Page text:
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Operator [25]

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Our next question comes from Aaron Rakers of Wells Fargo.

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Aaron Christopher Rakers, Wells Fargo Securities, LLC, Research Division - MD of IT Hardware & Networking Equipment and Senior Analyst [26]

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One quick housekeeping thing, and then a real quick question, first of all, did you guide an operating expense number for this quarter? And how should we think that, that would progress over the next couple of quarters? And then on the question front, I'm just curious, I think you've mentioned that the compute segment would be down more than seasonal in the current quarter. How would you characterize seasonality? And how much are you factoring in NAND flash price erosion resulting in incremental SSD attach rates?

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Gianluca Romano, Seagate Technology plc - Executive VP & CFO [27]

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Okay. This is Gianluca. I will take the first part of your question about OpEx. So we didn't already guide for F Q3. I will say that the company has done an outstanding job in the last several quarters to reduce OpEx. Our fiscal Q2 was about $365 million. I expect next quarter to be more or less flat to that number.

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William David Mosley, Seagate Technology plc - President, CEO & Director [28]

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Aaron, I'll try your PC side -- if I don't get it right, just feel free to correct me. So the PC market, we think, is more than just seasonality because of some material shortages and maybe some of this destruction that I was talking about in the channel as well, but -- the liquidity issues. But VARs having trouble with their go to market. But I think it's some of the component shortages that they've struggled with. As far as SSD attach, it hasn't really changed our model too much. We're assuming a fairly aggressive penetration certainly at 500 gigabytes and some at 1 terabyte. When you get into commercial system, we're thinking that's mainly tipped. So that's why we're positioning our portfolio, for example, desktop drives are over 2 terabytes of drive and growing, so that's the way we're thinking about that. Notebook continues to be a fairly good market that we service from us. We won't apologize for having a good drive down there, but we're anticipating continued penetration of that market. And I think we're probably less exposed than others on that just because we've been exiting it for a while.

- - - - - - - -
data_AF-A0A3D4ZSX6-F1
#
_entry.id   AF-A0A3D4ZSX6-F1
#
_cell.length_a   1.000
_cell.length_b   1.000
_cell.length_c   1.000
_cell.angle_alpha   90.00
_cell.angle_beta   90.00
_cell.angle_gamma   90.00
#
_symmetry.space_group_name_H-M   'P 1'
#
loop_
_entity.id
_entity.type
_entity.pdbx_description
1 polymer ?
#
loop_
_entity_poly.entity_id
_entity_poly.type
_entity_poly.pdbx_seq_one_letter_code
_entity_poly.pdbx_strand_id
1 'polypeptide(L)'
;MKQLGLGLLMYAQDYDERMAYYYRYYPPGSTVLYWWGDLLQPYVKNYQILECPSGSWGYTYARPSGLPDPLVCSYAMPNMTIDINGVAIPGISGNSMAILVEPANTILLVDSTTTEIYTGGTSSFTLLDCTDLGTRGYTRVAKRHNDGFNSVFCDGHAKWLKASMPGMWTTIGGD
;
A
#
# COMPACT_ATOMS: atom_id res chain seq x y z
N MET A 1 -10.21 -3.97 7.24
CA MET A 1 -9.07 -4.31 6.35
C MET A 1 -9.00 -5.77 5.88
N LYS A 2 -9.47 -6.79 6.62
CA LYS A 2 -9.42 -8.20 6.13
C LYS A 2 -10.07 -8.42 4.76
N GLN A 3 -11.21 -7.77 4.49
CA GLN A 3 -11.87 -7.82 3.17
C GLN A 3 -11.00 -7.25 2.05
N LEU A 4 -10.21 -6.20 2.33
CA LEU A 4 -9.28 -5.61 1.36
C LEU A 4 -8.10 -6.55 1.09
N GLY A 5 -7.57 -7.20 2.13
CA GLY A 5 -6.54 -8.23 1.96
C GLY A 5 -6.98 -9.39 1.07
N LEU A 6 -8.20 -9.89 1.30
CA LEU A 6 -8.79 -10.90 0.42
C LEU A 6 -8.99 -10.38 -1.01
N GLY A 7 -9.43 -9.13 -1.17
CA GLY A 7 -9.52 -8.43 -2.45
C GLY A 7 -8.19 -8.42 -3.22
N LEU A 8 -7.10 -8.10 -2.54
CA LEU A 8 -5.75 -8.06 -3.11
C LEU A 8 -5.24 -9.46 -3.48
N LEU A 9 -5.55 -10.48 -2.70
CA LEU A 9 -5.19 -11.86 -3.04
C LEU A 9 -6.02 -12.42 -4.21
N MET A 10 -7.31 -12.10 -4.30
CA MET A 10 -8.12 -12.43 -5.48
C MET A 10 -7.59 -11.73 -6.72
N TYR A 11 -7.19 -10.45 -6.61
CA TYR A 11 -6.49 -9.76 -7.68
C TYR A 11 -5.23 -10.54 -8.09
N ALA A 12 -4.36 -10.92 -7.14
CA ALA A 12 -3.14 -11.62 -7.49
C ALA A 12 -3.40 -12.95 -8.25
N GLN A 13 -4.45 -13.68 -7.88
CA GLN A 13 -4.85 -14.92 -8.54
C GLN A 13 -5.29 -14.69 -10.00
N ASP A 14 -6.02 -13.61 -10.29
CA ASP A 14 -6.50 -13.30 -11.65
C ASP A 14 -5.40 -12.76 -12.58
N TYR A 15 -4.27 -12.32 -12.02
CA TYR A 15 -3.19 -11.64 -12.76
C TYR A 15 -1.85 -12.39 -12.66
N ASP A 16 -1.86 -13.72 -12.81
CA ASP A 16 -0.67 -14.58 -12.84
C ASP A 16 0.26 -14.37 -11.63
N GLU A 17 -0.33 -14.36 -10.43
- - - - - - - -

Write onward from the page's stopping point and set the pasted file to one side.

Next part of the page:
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Operator [29]

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At this time, I'd like to turn the call back over to Dave Mosley for any closing remarks.

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William David Mosley, Seagate Technology plc - President, CEO & Director [30]

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Okay. Thanks, Latif. I just like to thank our customers and suppliers, business partners and our employees for all the contributions that they had in the second quarter, and I'll talk to everyone next quarter. Thanks.

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Operator [31]

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Thank you, sir. Ladies and gentlemen, this concludes today's conference. Thank you for your participation, and have a wonderful day. You may disconnect your lines at this time.